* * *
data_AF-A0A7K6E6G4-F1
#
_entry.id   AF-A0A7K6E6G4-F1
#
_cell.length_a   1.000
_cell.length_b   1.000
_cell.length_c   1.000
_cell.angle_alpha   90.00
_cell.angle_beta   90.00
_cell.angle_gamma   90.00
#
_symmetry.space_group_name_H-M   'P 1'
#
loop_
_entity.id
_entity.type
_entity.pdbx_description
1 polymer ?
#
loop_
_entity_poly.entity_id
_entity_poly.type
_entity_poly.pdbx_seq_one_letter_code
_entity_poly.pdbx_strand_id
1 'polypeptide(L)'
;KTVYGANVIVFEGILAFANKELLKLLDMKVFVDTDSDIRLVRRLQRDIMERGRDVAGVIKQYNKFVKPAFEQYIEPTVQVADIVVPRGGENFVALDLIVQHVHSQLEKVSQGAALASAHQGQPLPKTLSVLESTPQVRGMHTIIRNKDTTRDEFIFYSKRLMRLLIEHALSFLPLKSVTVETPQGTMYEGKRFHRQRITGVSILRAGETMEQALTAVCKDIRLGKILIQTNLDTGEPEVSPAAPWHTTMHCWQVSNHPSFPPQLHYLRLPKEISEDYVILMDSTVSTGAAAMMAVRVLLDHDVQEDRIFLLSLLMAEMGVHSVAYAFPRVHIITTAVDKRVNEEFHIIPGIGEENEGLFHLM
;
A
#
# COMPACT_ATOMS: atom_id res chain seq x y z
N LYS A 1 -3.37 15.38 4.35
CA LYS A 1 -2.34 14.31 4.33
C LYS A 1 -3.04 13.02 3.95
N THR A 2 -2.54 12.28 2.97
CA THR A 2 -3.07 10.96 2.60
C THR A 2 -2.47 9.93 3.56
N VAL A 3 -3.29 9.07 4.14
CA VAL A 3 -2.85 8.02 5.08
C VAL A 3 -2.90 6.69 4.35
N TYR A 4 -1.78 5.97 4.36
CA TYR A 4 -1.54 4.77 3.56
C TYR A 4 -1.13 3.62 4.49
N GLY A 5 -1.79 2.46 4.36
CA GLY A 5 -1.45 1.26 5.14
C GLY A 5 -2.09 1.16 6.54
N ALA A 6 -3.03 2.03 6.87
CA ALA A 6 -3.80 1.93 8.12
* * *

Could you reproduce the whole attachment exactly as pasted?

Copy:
data_AF-A0A7K6E6G4-F1
#
_entry.id   AF-A0A7K6E6G4-F1
#
_cell.length_a   1.000
_cell.length_b   1.000
_cell.length_c   1.000
_cell.angle_alpha   90.00
_cell.angle_beta   90.00
_cell.angle_gamma   90.00
#
_symmetry.space_group_name_H-M   'P 1'
#
loop_
_entity.id
_entity.type
_entity.pdbx_description
1 polymer ?
#
loop_
_entity_poly.entity_id
_entity_poly.type
_entity_poly.pdbx_seq_one_letter_code
_entity_poly.pdbx_strand_id
1 'polypeptide(L)'
;KTVYGANVIVFEGILAFANKELLKLLDMKVFVDTDSDIRLVRRLQRDIMERGRDVAGVIKQYNKFVKPAFEQYIEPTVQVADIVVPRGGENFVALDLIVQHVHSQLEKVSQGAALASAHQGQPLPKTLSVLESTPQVRGMHTIIRNKDTTRDEFIFYSKRLMRLLIEHALSFLPLKSVTVETPQGTMYEGKRFHRQRITGVSILRAGETMEQALTAVCKDIRLGKILIQTNLDTGEPEVSPAAPWHTTMHCWQVSNHPSFPPQLHYLRLPKEISEDYVILMDSTVSTGAAAMMAVRVLLDHDVQEDRIFLLSLLMAEMGVHSVAYAFPRVHIITTAVDKRVNEEFHIIPGIGEENEGLFHLM
;
A
#
# COMPACT_ATOMS: atom_id res chain seq x y z
N LYS A 1 -3.37 15.38 4.35
CA LYS A 1 -2.34 14.31 4.33
C LYS A 1 -3.04 13.02 3.95
N THR A 2 -2.54 12.28 2.97
CA THR A 2 -3.07 10.96 2.60
C THR A 2 -2.47 9.93 3.56
N VAL A 3 -3.29 9.07 4.14
CA VAL A 3 -2.85 8.02 5.08
C VAL A 3 -2.90 6.69 4.35
N TYR A 4 -1.78 5.97 4.36
CA TYR A 4 -1.54 4.77 3.56
C TYR A 4 -1.13 3.62 4.49
N GLY A 5 -1.79 2.46 4.36
CA GLY A 5 -1.45 1.26 5.14
C GLY A 5 -2.09 1.16 6.54
N ALA A 6 -3.03 2.03 6.87
CA ALA A 6 -3.80 1.93 8.12